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Friday, 05 June 2009


And for his courage, we (U.S. citizen/consumers)give the Chinese all of our money for "stuff" while we "look the other way" in regards to these human rights abuses.

his action is even more courageous because it was not the beggining of the crack down,but the end of it ..i saw a documentary the other day that showeed some horific images,parents of the students who had been killed or missing had turned up in large numbers to find they're sons&daughters..almost without warning the military shot them in the back and there we're hundreds of bodies accross the square..this scenario was repeated serveral times,with demonstratorstrying to gather in the square only to be shot in the back as they fled this makes his gesture even more astonishing..a true hero

There is an art project that commemorates the tank man by dancing:



Yes, we remember that lone man standing up to an army tank. But his pictures are nowhere to be seen in China.

But, we now know that the army started shooting even before they got to the square. Innocent people were shot in their appartment from the street. And on the street, children handholding their parents were shot. Students were crushed to death by army tanks.

The Chinese Red Cross admitted to 2600 victims but later retracted.

And prime minister Zhao Ziyang spend the last 16 years of his life in prison, incomunicado. His crime: being sympathetic to the cause of the students.

Today, the "Mothers of Tiananmen" led by Ding Zilin, in her 70's, are still petitionning the goverment for the truth.

How sad.

Let's not forget how much of the crap we buy, including photo equipment, is made in China.

The nytimes lens blog ran a great article about the original four pictures, with interviews from all of the photographers. http://lens.blogs.nytimes.com/2009/06/03/behind-the-scenes-tank-man-of-tiananmen/

This guy is my hero. I've never seen a shot or a painting or anything that better demonstrates the courage it takes to stand up to totalitarianism. Lots of people have shown that courage, in all different kinds of places (including the US), but it's not usually photographed.

I've read (I don't know if it is authoritative) that the tank man was tried and executed. I wonder what happened to the tank commander? I can't believe his humane non-action really did his career much good.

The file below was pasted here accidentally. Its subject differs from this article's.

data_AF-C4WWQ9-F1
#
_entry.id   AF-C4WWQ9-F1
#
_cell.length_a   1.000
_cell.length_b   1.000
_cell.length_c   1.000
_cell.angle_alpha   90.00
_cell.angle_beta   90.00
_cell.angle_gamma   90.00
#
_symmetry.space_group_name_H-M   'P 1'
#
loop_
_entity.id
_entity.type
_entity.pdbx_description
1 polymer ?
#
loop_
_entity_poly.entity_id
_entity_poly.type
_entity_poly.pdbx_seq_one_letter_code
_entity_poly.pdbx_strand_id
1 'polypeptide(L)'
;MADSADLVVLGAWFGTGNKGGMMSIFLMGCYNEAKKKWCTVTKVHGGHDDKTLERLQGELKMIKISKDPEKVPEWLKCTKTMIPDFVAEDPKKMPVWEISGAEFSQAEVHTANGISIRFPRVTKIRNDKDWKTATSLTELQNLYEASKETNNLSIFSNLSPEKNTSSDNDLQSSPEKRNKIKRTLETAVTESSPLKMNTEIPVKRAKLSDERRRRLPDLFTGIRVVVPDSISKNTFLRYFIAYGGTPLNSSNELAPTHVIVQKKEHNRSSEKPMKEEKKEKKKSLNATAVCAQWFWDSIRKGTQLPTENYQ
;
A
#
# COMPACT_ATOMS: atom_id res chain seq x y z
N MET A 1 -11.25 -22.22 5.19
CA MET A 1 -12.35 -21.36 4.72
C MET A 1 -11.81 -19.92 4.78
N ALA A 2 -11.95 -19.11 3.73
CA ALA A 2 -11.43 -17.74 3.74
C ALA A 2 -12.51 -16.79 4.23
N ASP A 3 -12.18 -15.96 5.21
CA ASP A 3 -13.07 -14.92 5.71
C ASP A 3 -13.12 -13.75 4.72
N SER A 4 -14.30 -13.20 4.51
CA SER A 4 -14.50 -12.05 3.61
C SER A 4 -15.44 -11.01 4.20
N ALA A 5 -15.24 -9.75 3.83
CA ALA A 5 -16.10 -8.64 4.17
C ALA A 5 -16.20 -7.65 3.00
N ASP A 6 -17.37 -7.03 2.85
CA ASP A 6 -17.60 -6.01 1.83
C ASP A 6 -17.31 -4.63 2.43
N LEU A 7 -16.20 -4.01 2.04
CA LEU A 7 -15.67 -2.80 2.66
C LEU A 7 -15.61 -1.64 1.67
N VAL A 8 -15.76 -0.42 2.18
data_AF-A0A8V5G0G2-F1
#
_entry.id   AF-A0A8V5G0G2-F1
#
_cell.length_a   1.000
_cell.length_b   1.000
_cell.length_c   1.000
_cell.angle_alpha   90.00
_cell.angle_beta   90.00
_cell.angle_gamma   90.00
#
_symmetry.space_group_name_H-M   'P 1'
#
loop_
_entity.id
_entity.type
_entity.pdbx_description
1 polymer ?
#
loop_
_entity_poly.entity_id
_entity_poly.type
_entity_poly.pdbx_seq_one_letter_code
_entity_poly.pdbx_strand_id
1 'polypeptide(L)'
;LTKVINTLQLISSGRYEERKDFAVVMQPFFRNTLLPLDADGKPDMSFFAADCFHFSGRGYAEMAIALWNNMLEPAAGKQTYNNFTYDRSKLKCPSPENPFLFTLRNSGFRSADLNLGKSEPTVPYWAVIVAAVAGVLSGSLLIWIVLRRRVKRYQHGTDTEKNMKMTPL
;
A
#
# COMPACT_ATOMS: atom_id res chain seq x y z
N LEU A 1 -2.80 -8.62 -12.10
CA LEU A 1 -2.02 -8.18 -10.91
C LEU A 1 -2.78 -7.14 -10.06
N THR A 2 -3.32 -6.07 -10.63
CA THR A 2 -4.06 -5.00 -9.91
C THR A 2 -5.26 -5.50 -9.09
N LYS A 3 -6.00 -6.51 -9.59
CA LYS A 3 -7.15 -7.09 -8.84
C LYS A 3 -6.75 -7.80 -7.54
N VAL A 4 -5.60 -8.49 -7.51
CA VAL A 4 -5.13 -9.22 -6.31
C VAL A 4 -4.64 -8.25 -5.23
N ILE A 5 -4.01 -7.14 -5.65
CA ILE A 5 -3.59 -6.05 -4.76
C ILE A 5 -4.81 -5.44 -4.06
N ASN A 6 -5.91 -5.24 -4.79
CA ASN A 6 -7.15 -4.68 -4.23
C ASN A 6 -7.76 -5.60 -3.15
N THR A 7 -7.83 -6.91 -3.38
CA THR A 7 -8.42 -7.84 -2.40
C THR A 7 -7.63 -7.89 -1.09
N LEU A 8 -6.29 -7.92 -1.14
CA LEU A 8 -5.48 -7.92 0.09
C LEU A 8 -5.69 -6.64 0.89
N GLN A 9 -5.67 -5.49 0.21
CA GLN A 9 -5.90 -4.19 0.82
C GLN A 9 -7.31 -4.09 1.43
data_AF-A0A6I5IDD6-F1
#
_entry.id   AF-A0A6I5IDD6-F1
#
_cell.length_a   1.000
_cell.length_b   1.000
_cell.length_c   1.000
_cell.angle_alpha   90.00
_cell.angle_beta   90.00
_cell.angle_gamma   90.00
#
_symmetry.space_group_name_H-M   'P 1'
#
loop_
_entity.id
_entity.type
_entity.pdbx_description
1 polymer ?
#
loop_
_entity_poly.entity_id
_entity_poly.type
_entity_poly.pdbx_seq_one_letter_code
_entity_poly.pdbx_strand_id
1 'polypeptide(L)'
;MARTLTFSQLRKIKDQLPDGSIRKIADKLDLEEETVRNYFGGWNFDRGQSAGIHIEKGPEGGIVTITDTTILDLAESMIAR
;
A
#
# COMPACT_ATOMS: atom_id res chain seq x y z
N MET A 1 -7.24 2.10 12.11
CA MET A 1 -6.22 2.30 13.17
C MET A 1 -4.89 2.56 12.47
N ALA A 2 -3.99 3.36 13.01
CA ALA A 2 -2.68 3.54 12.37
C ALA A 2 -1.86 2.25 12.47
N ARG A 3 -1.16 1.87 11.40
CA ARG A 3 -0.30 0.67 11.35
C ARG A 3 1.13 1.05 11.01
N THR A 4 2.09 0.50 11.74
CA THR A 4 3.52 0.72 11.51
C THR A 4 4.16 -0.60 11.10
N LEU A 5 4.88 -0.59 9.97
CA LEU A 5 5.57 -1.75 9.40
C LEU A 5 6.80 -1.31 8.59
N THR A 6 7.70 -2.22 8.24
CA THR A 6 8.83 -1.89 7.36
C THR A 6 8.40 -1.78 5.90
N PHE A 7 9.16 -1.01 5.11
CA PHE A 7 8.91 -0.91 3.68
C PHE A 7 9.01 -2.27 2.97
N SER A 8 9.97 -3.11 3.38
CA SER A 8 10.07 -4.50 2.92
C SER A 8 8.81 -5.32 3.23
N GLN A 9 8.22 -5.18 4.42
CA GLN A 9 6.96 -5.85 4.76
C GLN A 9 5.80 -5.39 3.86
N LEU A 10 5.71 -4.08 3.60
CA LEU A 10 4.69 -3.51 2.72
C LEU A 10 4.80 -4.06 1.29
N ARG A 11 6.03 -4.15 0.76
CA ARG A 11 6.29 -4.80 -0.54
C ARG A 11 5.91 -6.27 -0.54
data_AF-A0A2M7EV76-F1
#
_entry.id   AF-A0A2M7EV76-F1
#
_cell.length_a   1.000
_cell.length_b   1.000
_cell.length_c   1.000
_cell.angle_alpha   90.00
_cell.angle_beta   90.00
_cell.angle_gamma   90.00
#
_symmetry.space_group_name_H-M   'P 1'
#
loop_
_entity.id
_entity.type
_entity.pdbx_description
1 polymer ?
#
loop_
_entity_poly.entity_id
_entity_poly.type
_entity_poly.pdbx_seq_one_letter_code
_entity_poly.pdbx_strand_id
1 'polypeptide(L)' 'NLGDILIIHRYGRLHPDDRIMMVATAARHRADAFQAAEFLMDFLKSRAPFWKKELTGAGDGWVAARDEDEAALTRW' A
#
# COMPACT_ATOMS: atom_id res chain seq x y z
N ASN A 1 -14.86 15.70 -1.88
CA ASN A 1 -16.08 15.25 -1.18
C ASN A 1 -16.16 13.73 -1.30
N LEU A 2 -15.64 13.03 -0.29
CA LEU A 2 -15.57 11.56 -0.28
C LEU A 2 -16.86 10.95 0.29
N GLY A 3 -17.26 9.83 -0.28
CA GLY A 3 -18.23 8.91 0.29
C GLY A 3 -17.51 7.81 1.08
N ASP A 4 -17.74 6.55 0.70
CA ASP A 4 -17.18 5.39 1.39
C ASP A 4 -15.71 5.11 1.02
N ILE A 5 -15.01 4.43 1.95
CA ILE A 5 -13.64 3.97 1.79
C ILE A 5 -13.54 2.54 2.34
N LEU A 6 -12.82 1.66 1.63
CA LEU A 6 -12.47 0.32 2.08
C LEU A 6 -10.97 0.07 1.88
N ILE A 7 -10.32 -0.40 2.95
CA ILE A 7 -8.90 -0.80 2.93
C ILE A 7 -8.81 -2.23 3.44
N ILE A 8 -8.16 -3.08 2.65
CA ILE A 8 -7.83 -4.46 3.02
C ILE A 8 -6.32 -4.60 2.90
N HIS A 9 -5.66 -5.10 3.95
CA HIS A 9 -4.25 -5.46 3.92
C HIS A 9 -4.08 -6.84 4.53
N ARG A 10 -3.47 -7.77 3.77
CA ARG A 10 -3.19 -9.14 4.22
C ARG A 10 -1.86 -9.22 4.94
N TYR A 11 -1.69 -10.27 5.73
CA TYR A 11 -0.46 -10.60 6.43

I say this:
a few days ago.

I'm writing from Beijing, and the link to your post about the famous photograph is blocked (along with everything else on Blogger). Minor annoyance for me (visiting China) but extremely sinister for Chinese citizens.

Thank you, Mike, for bringing this up again.

I was brought up on this age old Chinese saying that translates roughly to " Even a commoner is responsible for the fate of his country." While it was not taught to me in that context, I have since welded that idea to the workings of democracy. It is not enough to have a system to tally the votes accurately, but individuals who know right from wrong and cast their votes courageously even in dangerous times. On that June 5th day, one man did and the world noticed.

To not stray too far from photography, if I look at images of Chinese modern history stating from Li ZhenSheng's "Red-Color News Soldier" to the present, I think it is only fair to say that the Chinese government has made some progress.

This is pure speculation, but it is possible that our lone hero is survived by his wife who glued rubber soles together in a factory that has a big contract from Nike to put their only son through college. That boy, however, skipped class to sell pirated Windows but has now finally landed a job with Google. Long and slow progress, but progress nonetheless, no?

Thanks for the article. The newly-discovered photo was especially meaningful after I followed the other links and became more fully informed as to exactly what happened and when. It takes a brave man to look death in the face and not flinch.

I remember watching the student gathering two decades ago, thinking that the uprising in Tienamen Square was the precursor to a Chinese revolution and perhaps the largest country in the world would become a democracy also. And then I remember watching the news as they reported the Army moving in, the tanks rolling in, the gunfire, and then the lights going out in the square... and the lights going out in China. I saw the tank man photos, but didn't understand the backstory, figuring this guy was actually in Tianamen Square. It's a lot more sobering to realize that he deliberately made the choice to confront the tanks when it would have been far easier to just keep walking... and that choice most likely cost him his life.

Your article led to the PBS Frontline special on the Tank Man, and the true story of what really happened, of the rolling battle between the PLA and ordinary Chinese, trying to keep the army out of Tianeman Square and fighting for almost two miles, standing at each intersection, until they were pushed aside by the army. Of the slaughter in the Square itself that night. And, of the repeated slaughter in the streets the next day by an army who was commanded to instill terror in the populace by shooting down unarmed citizens and even an ambulance crew.

The really sad thing about all of this is the ignorance about it by much of the Chinese population today, and the attitudes that some have. I talked to a Chinese Ph.D at a large software company here in the Seattle area a couple of years ago and the subject came up... and she said the students were troublemakers who deserved what they got. I couldn't believe it.

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